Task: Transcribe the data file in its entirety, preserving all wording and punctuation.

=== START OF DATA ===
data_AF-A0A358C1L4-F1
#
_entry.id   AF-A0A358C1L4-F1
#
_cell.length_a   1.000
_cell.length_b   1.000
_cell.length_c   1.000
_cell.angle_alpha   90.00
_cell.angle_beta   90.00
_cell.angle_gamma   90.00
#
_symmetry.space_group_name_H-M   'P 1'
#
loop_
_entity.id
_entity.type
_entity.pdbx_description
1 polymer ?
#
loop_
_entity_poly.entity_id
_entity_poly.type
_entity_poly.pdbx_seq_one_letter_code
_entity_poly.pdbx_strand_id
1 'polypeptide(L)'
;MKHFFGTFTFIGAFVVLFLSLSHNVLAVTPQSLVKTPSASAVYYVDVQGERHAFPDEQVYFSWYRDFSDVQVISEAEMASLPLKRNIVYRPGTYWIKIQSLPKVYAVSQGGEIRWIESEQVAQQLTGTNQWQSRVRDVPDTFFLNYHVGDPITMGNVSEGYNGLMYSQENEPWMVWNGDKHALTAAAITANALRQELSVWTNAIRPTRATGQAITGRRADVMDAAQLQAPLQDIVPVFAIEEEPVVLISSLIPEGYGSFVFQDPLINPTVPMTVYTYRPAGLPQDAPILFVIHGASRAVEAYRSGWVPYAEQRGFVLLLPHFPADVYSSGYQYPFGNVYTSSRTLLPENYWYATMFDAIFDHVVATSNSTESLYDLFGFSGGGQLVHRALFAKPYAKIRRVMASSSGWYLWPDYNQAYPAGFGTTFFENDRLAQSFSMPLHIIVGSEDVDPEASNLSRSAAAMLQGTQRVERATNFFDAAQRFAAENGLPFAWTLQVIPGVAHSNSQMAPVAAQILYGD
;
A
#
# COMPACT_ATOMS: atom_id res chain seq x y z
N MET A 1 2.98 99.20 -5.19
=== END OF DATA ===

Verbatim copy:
data_AF-A0A358C1L4-F1
#
_entry.id   AF-A0A358C1L4-F1
#
_cell.length_a   1.000
_cell.length_b   1.000
_cell.length_c   1.000
_cell.angle_alpha   90.00
_cell.angle_beta   90.00
_cell.angle_gamma   90.00
#
_symmetry.space_group_name_H-M   'P 1'
#
loop_
_entity.id
_entity.type
_entity.pdbx_description
1 polymer ?
#
loop_
_entity_poly.entity_id
_entity_poly.type
_entity_poly.pdbx_seq_one_letter_code
_entity_poly.pdbx_strand_id
1 'polypeptide(L)'
;MKHFFGTFTFIGAFVVLFLSLSHNVLAVTPQSLVKTPSASAVYYVDVQGERHAFPDEQVYFSWYRDFSDVQVISEAEMASLPLKRNIVYRPGTYWIKIQSLPKVYAVSQGGEIRWIESEQVAQQLTGTNQWQSRVRDVPDTFFLNYHVGDPITMGNVSEGYNGLMYSQENEPWMVWNGDKHALTAAAITANALRQELSVWTNAIRPTRATGQAITGRRADVMDAAQLQAPLQDIVPVFAIEEEPVVLISSLIPEGYGSFVFQDPLINPTVPMTVYTYRPAGLPQDAPILFVIHGASRAVEAYRSGWVPYAEQRGFVLLLPHFPADVYSSGYQYPFGNVYTSSRTLLPENYWYATMFDAIFDHVVATSNSTESLYDLFGFSGGGQLVHRALFAKPYAKIRRVMASSSGWYLWPDYNQAYPAGFGTTFFENDRLAQSFSMPLHIIVGSEDVDPEASNLSRSAAAMLQGTQRVERATNFFDAAQRFAAENGLPFAWTLQVIPGVAHSNSQMAPVAAQILYGD
;
A
#
# COMPACT_ATOMS: atom_id res chain seq x y z
N MET A 1 2.98 99.20 -5.19